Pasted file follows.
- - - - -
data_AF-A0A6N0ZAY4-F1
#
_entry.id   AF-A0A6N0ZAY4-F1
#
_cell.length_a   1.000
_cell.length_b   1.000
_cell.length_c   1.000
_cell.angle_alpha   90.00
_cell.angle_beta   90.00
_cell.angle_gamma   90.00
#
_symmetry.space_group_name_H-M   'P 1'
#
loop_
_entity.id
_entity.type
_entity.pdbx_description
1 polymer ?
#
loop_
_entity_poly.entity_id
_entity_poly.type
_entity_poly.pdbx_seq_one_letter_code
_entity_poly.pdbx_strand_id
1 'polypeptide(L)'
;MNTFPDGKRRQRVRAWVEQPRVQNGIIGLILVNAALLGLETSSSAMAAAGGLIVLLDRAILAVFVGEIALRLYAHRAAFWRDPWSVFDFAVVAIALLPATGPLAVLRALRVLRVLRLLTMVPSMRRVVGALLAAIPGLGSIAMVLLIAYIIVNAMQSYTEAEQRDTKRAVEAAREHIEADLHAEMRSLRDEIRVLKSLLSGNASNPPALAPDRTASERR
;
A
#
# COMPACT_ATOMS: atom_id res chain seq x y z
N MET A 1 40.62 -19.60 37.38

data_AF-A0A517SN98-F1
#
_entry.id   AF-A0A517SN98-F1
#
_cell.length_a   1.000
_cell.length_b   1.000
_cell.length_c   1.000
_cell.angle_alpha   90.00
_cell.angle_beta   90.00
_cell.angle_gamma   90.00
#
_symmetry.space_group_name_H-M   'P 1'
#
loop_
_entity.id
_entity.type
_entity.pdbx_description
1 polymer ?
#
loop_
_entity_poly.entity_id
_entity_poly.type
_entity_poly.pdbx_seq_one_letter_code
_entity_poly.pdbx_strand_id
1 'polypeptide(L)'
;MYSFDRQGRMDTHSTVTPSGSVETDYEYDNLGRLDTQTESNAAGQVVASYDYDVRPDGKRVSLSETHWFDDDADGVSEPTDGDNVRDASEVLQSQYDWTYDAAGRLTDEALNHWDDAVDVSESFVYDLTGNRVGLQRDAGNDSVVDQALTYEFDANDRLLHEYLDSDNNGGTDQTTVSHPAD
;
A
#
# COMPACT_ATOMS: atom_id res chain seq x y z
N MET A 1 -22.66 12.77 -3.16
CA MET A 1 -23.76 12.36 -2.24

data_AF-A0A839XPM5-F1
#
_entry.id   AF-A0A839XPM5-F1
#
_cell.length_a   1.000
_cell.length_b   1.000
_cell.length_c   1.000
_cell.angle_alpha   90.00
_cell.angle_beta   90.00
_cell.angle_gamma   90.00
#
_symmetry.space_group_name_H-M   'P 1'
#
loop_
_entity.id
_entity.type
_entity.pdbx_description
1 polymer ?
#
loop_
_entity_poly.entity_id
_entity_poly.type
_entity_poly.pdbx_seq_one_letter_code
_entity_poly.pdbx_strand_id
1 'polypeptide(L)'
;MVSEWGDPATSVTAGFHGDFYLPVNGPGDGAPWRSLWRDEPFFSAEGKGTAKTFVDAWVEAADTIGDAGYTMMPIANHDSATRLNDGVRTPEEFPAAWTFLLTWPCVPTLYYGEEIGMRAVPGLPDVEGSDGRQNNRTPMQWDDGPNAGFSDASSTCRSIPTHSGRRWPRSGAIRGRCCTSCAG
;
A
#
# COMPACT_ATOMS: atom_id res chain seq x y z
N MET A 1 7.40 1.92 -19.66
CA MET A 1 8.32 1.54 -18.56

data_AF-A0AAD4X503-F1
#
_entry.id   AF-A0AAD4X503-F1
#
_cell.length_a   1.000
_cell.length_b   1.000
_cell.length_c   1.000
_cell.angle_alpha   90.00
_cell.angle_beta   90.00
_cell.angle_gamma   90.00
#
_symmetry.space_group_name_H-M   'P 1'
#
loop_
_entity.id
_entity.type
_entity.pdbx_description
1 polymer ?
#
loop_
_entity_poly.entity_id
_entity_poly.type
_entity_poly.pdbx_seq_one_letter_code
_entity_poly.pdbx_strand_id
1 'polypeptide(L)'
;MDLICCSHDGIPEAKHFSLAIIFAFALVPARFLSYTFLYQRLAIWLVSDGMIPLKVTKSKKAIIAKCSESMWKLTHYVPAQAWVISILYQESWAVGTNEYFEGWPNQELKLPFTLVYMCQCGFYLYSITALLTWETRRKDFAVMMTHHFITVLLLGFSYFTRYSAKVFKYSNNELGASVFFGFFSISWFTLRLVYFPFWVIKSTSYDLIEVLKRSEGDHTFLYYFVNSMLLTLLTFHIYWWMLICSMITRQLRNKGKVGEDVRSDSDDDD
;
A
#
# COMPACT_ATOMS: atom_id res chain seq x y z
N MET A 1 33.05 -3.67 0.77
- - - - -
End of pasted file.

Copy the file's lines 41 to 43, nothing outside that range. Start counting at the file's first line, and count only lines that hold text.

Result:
_cell.angle_gamma   90.00
#
_symmetry.space_group_name_H-M   'P 1'